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Botox: not just for wrinkles

Botox: not just for wrinkles

Botox is a go-to for those stubborn frown lines and deep crows feet, but doctors are also using the injectable to treat a whole host of complaints from clients.

Chronic migraines
Beverly Hills plastic surgeon Dr William Binder observed that when he gave patients Botox for wrinkles, they reported fewer headaches. After long-running tests on people with chronic migraines, and Botox has been approved in the treatment of headaches.

Excessive underarm sweating
Scientists at Allergan have studied whether Botox could be successful therapy for people with severe primary axillary hyperhidrosis (excessive underarm sweating) and it has since been approved for this use. Injecting into the sweat glands slows the perspiration process. The drug has also been approved for the treatment of overly sweaty hands or feet. Doctor Ehsan Jadoon of Medaesthetics in Western Australia vouches for the effectiveness of Botox use for excessive sweating.

“I have performed treatments using Botox for axillary hyperhidrosis. The results are excellent. Some Medicare rebates are also applicable when performed by a qualified dermatologist so most patients choose to get a referral to a dermatologist by their GP.”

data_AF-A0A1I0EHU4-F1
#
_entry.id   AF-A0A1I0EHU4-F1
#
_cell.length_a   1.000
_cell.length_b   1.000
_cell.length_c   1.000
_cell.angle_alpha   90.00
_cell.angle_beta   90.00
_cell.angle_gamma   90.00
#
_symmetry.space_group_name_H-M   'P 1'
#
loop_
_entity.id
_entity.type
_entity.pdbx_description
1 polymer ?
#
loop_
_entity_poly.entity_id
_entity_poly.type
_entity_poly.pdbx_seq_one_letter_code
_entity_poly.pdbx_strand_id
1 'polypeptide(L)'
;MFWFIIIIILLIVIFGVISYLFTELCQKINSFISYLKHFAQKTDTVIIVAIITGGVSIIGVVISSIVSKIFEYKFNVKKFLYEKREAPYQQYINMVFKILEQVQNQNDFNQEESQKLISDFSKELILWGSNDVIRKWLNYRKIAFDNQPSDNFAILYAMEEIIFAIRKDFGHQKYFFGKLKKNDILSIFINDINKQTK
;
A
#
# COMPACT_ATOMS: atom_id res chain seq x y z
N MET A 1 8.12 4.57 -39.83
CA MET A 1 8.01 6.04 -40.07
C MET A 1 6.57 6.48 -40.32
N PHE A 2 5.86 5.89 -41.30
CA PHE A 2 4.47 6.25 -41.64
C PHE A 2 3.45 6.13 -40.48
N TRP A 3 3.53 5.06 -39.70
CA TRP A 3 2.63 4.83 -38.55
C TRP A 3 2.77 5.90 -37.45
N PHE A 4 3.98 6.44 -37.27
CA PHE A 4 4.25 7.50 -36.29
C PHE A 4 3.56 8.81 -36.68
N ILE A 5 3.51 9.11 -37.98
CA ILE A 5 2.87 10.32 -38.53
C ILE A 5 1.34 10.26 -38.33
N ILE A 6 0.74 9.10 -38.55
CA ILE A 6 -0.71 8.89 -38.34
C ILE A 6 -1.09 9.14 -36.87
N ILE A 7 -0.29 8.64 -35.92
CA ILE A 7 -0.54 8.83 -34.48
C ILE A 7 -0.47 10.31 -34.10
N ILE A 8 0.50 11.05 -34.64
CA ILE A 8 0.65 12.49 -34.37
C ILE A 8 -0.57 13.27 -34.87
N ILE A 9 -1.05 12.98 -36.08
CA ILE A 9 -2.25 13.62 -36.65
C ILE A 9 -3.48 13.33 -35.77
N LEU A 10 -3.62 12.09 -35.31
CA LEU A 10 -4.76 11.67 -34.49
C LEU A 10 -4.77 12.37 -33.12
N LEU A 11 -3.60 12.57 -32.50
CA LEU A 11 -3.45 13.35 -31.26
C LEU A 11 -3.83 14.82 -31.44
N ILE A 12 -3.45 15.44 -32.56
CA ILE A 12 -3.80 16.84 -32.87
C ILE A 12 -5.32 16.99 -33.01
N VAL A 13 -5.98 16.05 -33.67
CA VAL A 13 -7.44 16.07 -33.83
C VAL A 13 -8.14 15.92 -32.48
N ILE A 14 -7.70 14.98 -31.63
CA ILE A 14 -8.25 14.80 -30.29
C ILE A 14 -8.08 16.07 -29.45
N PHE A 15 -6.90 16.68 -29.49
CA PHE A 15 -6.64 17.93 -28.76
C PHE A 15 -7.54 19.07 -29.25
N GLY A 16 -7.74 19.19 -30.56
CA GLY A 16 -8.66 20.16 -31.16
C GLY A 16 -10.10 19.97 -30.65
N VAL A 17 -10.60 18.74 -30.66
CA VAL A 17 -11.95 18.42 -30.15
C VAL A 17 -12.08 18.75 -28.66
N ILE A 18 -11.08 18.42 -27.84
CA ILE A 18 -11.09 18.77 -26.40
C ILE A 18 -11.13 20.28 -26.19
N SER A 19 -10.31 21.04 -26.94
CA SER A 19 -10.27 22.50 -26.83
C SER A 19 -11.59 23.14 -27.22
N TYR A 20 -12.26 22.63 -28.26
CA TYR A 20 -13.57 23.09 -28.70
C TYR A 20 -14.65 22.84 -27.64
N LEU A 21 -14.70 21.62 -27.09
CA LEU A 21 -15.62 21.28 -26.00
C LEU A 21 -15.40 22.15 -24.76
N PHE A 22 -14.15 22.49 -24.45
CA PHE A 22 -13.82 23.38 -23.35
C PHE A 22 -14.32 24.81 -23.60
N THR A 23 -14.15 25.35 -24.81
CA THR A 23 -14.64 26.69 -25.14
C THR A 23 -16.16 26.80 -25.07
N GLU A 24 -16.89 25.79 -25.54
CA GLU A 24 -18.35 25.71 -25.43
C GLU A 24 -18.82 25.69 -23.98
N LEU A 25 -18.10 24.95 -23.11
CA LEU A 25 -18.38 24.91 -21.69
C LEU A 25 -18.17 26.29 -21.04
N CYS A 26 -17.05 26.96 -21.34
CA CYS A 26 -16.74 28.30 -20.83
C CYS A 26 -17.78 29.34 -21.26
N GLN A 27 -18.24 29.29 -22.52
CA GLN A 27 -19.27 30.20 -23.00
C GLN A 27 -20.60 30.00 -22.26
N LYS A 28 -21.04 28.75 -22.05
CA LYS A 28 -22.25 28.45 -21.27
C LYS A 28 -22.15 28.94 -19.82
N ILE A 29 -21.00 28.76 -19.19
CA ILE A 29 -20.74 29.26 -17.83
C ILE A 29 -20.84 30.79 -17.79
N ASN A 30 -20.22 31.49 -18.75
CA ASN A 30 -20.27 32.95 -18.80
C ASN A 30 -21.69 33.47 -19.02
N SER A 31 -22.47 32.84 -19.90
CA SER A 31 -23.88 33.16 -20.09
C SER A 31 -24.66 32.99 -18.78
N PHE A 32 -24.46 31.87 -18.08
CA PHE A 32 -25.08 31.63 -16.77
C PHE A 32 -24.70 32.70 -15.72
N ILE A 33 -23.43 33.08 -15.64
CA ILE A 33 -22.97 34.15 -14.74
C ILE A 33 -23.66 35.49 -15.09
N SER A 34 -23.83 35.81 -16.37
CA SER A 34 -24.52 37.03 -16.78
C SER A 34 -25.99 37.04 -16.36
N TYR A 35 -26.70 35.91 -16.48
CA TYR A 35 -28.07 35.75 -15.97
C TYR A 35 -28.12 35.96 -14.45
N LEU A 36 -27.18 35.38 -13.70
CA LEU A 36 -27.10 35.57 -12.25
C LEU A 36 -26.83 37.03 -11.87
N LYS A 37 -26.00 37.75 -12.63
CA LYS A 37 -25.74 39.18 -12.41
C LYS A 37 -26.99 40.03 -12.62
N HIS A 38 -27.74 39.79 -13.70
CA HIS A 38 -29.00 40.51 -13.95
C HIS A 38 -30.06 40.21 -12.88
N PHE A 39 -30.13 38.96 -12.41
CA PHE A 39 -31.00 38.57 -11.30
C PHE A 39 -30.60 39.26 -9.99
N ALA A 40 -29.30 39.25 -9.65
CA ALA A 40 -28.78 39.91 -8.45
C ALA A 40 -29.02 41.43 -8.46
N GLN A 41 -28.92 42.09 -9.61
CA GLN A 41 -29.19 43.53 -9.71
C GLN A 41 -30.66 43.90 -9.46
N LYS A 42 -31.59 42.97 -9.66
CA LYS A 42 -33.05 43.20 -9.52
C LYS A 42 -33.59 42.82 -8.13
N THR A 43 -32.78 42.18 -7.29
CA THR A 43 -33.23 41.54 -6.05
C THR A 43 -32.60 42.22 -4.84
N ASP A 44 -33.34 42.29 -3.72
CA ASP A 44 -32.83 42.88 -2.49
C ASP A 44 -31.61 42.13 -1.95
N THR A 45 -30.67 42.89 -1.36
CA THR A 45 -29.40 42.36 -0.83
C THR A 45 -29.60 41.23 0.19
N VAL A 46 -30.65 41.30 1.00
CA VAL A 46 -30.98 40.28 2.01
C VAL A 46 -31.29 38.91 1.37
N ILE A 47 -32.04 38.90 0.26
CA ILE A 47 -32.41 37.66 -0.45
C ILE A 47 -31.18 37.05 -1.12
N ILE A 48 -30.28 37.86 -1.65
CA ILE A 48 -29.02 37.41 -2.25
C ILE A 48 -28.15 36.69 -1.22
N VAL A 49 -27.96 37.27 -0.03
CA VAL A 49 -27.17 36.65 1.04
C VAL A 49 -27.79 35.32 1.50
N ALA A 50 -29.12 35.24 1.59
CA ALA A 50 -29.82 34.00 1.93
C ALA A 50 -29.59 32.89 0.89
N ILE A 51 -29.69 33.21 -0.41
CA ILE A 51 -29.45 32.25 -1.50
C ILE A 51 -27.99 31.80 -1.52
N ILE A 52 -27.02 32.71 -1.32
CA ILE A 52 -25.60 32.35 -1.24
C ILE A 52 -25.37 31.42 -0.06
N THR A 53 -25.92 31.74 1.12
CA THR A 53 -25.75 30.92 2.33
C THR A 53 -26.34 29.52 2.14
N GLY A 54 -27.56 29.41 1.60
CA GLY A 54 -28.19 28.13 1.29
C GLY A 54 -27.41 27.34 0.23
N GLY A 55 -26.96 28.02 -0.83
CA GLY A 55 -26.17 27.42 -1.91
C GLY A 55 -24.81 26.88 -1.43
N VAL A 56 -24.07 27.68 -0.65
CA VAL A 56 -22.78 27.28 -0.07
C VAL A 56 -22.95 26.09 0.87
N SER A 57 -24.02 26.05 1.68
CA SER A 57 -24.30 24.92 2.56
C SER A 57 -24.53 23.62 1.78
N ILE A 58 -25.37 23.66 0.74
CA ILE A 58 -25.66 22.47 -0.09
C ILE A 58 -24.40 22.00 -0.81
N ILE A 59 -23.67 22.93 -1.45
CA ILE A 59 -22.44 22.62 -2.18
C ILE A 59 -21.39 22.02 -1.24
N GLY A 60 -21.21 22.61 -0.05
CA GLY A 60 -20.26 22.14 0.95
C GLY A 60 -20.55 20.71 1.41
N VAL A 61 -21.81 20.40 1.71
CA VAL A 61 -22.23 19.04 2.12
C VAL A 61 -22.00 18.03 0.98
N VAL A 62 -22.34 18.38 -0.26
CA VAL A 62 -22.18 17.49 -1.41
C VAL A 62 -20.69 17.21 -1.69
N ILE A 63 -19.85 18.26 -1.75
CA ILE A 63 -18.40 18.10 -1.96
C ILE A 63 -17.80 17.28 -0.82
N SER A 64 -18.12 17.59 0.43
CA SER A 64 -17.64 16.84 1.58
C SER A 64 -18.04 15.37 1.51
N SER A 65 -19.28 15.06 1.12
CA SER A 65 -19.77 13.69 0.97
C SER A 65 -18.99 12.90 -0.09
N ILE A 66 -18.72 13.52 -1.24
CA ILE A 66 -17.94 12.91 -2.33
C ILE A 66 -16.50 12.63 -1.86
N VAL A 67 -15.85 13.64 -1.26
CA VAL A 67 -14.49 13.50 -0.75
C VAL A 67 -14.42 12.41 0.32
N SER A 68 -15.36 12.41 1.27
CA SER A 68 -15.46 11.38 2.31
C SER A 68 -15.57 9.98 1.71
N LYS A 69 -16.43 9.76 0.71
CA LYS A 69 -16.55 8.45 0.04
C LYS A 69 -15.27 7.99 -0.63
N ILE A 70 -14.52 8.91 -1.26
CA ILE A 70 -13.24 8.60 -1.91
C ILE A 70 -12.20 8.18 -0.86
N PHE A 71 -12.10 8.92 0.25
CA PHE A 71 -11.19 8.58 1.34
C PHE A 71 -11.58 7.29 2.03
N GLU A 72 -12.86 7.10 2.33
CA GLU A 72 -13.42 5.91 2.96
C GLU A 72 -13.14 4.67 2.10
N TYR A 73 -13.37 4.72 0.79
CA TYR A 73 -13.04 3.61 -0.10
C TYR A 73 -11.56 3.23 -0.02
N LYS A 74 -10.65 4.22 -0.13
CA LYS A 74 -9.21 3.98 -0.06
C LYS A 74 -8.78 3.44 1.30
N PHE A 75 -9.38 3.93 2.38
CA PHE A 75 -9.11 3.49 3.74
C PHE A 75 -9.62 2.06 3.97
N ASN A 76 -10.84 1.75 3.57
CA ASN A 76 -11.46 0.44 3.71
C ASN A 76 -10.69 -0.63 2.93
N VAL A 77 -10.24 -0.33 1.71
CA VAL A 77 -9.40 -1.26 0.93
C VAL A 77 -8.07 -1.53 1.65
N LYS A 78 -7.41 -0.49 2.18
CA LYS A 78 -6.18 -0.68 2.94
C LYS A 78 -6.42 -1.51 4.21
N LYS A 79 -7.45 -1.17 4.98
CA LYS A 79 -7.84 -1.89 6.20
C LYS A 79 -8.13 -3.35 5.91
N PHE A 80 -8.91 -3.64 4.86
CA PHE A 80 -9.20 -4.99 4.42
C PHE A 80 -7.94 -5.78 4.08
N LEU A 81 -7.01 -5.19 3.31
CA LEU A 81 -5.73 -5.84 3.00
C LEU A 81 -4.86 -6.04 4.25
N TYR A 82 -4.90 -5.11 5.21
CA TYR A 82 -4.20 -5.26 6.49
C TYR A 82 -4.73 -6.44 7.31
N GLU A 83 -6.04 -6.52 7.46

Overactive bladder
Doctor Linda Brubaker, dean at the Loyola University Chicago Stritch School of Medicine, conducted a study of the effect of Botox on an overactive bladder. She found that 70% of women she treated with Botox reported significantly fewer leaks, compared with the average five leaks per day at the start of the study.

“Botox was one of the most impactful treatments I had ever seen” for overactive bladder, she said.

Crossed eyes
Botox can be used to temporarily correct crossed eyes (strabismus), by relaxing the muscles in the eye, allowing it to re-position to forward-facing. Botox is injected directly into the eye, and patients notice results in one to two days. The results are temporary, and another dose will likely be required after three months.

Neck pain
Neck spasms, often brought on by a condition called cervical dystonia (when the head’s default position is off-balance, creating a tight tension in the neck), is often treated with a dose of Botox to the neck. Specifically, it is injected into the muscles, where it works to block the signals that tell the muscles to contract.

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